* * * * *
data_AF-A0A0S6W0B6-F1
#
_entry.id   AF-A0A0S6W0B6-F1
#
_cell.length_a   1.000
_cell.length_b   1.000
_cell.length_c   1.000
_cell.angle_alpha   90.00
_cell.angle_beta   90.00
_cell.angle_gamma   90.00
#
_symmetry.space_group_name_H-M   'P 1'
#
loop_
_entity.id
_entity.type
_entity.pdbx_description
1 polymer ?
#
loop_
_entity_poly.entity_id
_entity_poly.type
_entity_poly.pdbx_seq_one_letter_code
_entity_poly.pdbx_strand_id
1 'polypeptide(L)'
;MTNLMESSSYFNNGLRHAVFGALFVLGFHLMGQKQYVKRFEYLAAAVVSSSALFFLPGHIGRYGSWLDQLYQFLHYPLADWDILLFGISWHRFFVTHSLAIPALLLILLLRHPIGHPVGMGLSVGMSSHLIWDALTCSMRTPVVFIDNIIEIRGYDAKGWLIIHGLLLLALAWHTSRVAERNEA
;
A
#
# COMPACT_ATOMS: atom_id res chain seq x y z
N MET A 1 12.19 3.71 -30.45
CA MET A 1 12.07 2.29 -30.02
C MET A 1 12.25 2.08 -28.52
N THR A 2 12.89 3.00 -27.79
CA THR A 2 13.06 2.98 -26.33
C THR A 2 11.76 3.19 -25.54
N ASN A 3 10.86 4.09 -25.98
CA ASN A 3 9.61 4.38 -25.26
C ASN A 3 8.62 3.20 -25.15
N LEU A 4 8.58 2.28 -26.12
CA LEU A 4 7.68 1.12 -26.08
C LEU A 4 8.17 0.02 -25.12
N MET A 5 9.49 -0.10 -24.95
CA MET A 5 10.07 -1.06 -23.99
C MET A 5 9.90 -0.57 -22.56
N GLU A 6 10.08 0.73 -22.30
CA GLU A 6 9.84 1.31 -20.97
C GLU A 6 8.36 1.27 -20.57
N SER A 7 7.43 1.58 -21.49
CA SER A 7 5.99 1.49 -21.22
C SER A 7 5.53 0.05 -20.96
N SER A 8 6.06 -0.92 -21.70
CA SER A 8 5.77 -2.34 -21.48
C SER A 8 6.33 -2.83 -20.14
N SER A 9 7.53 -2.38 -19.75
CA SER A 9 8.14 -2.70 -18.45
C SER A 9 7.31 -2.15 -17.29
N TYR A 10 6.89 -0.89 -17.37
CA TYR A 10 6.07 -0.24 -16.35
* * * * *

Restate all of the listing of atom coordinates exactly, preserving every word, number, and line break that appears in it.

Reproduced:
data_AF-A0A0S6W0B6-F1
#
_entry.id   AF-A0A0S6W0B6-F1
#
_cell.length_a   1.000
_cell.length_b   1.000
_cell.length_c   1.000
_cell.angle_alpha   90.00
_cell.angle_beta   90.00
_cell.angle_gamma   90.00
#
_symmetry.space_group_name_H-M   'P 1'
#
loop_
_entity.id
_entity.type
_entity.pdbx_description
1 polymer ?
#
loop_
_entity_poly.entity_id
_entity_poly.type
_entity_poly.pdbx_seq_one_letter_code
_entity_poly.pdbx_strand_id
1 'polypeptide(L)'
;MTNLMESSSYFNNGLRHAVFGALFVLGFHLMGQKQYVKRFEYLAAAVVSSSALFFLPGHIGRYGSWLDQLYQFLHYPLADWDILLFGISWHRFFVTHSLAIPALLLILLLRHPIGHPVGMGLSVGMSSHLIWDALTCSMRTPVVFIDNIIEIRGYDAKGWLIIHGLLLLALAWHTSRVAERNEA
;
A
#
# COMPACT_ATOMS: atom_id res chain seq x y z
N MET A 1 12.19 3.71 -30.45
CA MET A 1 12.07 2.29 -30.02
C MET A 1 12.25 2.08 -28.52
N THR A 2 12.89 3.00 -27.79
CA THR A 2 13.06 2.98 -26.33
C THR A 2 11.76 3.19 -25.54
N ASN A 3 10.86 4.09 -25.98
CA ASN A 3 9.61 4.38 -25.26
C ASN A 3 8.62 3.20 -25.15
N LEU A 4 8.58 2.28 -26.12
CA LEU A 4 7.68 1.12 -26.08
C LEU A 4 8.17 0.02 -25.12
N MET A 5 9.49 -0.10 -24.95
CA MET A 5 10.07 -1.06 -23.99
C MET A 5 9.90 -0.57 -22.56
N GLU A 6 10.08 0.73 -22.30
CA GLU A 6 9.84 1.31 -20.97
C GLU A 6 8.36 1.27 -20.57
N SER A 7 7.43 1.58 -21.49
CA SER A 7 5.99 1.49 -21.22
C SER A 7 5.53 0.05 -20.96
N SER A 8 6.06 -0.92 -21.70
CA SER A 8 5.77 -2.34 -21.48
C SER A 8 6.33 -2.83 -20.14
N SER A 9 7.53 -2.38 -19.75
CA SER A 9 8.14 -2.70 -18.45
C SER A 9 7.31 -2.15 -17.29
N TYR A 10 6.89 -0.89 -17.37
CA TYR A 10 6.07 -0.24 -16.35